Buying The Right Used Boat

"FOR SALE" Doesn't always mean a boat or trailer (or both) is worth it. To find out if it is, the right questions need to be asked.

Photo of used boats for sale

Buying a used boat isn't as easy as walking onto the dealer lot, pointing at a shiny 21-footer sitting off in the corner, and saying, "I'll take that one." It requires a lot of work whether it's searching for the right boat, making sure that the boat doesn't have any known problems, or finding out if the price is right. Buying a boat involves a lot of homework. Consider the BoatUS Consumer Protection Bureau your study guide to boat buying.

Finding A Boat

First, there's no "right way" to find the right boat for you. Besides searching newspaper classifieds, online, or on the local dealer's lot, some buyers just ask around their marina or pick the brains of fellow boaters. If you are unsure of different types of boats available, check out boating magazines and manufacturers' websites, or spend a beautiful day at a local boat show. A schedule of upcoming boat shows is online at Make sure you use all the resources available to you.

TIP #1: Sign up for the BoatUS Free Weekly Classifieds Email and have BoatUS fill your inbox folder chock full of boats for sale!

Buy Local

Dealer or private seller? This argument just may have been going on as long as the debate of which came first, the chicken or the egg. Buying from each has its pros and cons. The going dealer commission rate on used boats is 10% whereas a private seller doesn't charge a commission. On the other hand, a dealer may provide after-sale service or even a warranty and might be able to help with a loan if you need to finance the boat.

Whether you end up buying from a dealer or from a private seller, BoatUS recommends, "Buy local." In fact, consider it your mantra when looking for a boat. You will come across all kinds of beautiful boats online or in boat classifieds; however, if you are in Moon, VA, and the seller is in Disco, WI, you can't just hop in the car and take a look at the boat without taking some major time off from work. Also, if the dealer is five hours away and the boat develops problems, you aren't going to be happy having to drive back and forth to the dealer, wasting precious boating hours.

TIP #2: Local boaters know local dealers. Your fellow boaters are good sources of information about how dealers treat their customers.

Fact-Finding Missions

Poring through countless pages of boating magazines, wearing out the soles of your Sperry's at local dealers, and spending hours on the Internet going through classified ads (and playing a little solitaire) have finally paid off: looks like you've finally found the "right" boat for you. Now it's time to go on a fact finding mission to find out if that boat really IS right for you.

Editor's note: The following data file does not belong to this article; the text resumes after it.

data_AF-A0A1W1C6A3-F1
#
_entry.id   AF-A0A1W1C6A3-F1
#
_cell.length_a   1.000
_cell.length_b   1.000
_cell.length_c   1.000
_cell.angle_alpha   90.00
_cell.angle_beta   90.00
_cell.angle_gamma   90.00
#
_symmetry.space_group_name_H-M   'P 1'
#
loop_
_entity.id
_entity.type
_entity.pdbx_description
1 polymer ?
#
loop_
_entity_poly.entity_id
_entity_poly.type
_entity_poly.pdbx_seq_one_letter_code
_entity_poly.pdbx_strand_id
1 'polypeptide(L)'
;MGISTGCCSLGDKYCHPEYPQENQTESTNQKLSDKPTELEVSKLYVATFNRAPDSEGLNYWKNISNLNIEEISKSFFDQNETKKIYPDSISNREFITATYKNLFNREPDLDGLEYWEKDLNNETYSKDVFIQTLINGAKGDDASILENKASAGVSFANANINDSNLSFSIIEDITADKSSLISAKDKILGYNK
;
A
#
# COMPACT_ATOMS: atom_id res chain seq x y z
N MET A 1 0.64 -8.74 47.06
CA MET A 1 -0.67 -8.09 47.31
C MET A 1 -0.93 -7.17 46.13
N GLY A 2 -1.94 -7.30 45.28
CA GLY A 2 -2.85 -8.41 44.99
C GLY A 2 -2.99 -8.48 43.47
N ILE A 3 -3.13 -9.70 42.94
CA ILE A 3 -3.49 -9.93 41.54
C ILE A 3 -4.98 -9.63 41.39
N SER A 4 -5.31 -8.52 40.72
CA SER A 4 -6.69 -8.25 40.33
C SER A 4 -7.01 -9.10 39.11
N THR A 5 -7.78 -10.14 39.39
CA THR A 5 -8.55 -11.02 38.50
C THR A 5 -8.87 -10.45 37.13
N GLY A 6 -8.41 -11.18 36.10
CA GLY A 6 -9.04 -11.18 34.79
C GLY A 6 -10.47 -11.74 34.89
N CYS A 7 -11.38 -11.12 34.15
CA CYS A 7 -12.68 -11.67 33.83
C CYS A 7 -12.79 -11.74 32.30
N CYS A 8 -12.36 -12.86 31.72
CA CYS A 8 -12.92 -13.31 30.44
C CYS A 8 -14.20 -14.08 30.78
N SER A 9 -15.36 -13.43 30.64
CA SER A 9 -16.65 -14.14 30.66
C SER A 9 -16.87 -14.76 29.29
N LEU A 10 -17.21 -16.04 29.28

Mission #1: Price. Nobody wants to overpay for anything. Used-boat price guides like BUC, NADA, and ABOS can be found at any bookstore or library. Take some time to leaf through them.

TIP #3: "Check out" BoatUS Value Check A service to BoatUS members, Value Check has a "dynamic and current database well in excess of 750,000 quotes, sales, and purchases being reported daily by BoatUS Members and the general boating public.

In addition, pre-qualifying for a loan can get you better rates. Call BoatUS Finance, 800-365-5636, for more information.

Mission #2: "Dig up the Dirt." Obviously, no boat is defect-free. There are some models that are known to have problems. But where can you find out this information?

1. Recalls on boats and engines can be found on the U.S. Coast Guard's website:

2. Call the boat and engine manufacturer [have the boat's Hull Identification Number (HIN) and engine serial numbers handy] to try to obtain service records and any additional information on the boat.

3. Do a lien search on the boat's title and registration with the state in which the boat is registered to make sure that the boat is free of any liens.

4. Contact the BoatUS Consumer Protection Bureau. We maintain the only database of consumer complaints, recalls, and service bulletins about boats, marine engines, and related products and services. Call 703-461-2856 or e-mail

TIP #4: Post a message on an Internet message board [like the BoatUS message boards inquiring about problems with certain boats. While your fellow boaters might love their boats, they'll usually tell you the negatives as well.

Purchase Agreements

You've completed your fact-finding missions and the boat has come up clean. Now it's time to PASS ... Purchase Agreement, Survey, and Sea Trial. These are the steps you need to take to make sure the boat makes the grade.

Purchase agreements are important because they protect the buyer and the seller. The agreement should clearly state that the purchase is contingent on a satisfactory survey and sea trial and the ability to obtain acceptable financing (if you are getting a loan) and marine insurance. A "good faith" deposit of about 10% should be included with the stipulation that the deposit is refundable if any contingency can't be met. Also be sure to specify a delivery date when the sale will be completed.

It is extremely important that you read the agreement before you sign it. Not only should you look for the above contingencies but also the details of what you have to do to get your deposit back if the deal falls through. The Bureau has dealt with many complaints where buyers have lost their deposits due to the contracts being broken without cause. Protecting yourself is important because the majority of used boats are sold "as is," which means that you will have little or no recourse against the seller if problems become apparent after the sale. Finally, be sure that all signature lines are signed by both buyer and seller.